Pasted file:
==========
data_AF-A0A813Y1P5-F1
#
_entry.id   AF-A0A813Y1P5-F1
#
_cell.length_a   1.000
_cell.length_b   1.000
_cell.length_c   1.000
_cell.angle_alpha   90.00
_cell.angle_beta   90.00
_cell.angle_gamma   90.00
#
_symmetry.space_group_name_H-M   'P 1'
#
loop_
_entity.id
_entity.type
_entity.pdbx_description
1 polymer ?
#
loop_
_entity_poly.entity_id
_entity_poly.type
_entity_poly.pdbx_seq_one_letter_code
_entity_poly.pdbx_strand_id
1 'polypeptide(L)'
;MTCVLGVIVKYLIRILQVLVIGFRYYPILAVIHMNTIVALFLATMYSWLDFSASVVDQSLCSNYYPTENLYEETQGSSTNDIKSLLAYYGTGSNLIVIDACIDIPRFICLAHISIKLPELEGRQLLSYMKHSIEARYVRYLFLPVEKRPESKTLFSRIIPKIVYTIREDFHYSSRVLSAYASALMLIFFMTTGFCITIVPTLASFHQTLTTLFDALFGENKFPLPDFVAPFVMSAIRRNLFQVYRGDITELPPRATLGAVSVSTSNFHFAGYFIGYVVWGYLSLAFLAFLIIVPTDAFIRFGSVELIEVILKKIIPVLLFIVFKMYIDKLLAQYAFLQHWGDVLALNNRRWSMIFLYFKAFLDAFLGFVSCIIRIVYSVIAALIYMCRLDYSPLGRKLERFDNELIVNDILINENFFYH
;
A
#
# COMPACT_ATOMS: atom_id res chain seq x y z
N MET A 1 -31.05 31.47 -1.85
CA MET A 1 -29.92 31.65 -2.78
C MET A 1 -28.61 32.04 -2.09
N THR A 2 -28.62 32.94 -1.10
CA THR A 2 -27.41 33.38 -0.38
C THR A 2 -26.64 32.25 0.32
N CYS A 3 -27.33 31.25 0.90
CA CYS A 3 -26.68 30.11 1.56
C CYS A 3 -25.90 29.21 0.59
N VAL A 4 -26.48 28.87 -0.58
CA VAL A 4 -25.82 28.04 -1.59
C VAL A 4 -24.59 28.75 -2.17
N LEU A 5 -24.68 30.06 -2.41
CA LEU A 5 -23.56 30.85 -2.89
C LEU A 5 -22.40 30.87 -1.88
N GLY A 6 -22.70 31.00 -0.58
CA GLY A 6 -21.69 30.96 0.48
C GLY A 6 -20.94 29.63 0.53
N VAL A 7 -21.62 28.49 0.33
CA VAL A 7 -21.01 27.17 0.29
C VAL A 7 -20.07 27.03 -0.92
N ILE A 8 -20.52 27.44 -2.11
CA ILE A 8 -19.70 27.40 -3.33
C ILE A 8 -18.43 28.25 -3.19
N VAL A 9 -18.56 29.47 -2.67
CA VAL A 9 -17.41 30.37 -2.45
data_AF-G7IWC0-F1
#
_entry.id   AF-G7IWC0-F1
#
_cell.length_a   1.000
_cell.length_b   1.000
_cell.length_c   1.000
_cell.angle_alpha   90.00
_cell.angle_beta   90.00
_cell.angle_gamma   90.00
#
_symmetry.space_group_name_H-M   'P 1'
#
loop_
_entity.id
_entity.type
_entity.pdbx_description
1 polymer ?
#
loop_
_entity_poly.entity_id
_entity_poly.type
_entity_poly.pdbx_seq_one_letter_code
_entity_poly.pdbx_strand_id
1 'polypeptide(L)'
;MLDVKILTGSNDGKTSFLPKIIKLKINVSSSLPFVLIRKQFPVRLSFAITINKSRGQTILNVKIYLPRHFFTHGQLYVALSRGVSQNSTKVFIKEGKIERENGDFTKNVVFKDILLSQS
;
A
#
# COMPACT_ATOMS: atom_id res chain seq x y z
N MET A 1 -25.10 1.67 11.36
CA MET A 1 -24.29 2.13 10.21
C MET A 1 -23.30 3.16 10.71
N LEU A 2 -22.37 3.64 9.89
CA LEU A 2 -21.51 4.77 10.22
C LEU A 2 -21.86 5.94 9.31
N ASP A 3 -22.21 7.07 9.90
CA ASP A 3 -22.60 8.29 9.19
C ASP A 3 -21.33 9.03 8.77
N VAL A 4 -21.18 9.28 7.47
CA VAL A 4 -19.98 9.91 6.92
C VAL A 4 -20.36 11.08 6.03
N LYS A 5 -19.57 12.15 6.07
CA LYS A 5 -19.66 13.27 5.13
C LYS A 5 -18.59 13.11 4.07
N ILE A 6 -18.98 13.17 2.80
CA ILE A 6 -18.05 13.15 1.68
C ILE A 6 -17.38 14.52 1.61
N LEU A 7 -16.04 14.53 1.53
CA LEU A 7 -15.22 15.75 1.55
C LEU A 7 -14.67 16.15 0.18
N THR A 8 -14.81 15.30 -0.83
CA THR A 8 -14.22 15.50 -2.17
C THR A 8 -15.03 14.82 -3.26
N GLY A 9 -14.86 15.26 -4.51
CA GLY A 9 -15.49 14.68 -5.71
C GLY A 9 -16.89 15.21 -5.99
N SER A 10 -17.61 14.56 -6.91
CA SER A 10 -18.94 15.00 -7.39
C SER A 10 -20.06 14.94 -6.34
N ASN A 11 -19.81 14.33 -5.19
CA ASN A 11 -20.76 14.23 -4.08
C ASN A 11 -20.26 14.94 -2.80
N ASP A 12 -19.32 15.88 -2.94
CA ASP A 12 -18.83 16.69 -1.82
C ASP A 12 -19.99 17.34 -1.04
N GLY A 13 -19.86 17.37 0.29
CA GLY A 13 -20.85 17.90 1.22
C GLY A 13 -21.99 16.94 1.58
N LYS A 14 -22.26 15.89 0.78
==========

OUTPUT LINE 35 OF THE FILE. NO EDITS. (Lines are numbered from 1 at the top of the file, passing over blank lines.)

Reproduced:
CA THR A 2 -27.41 33.38 -0.38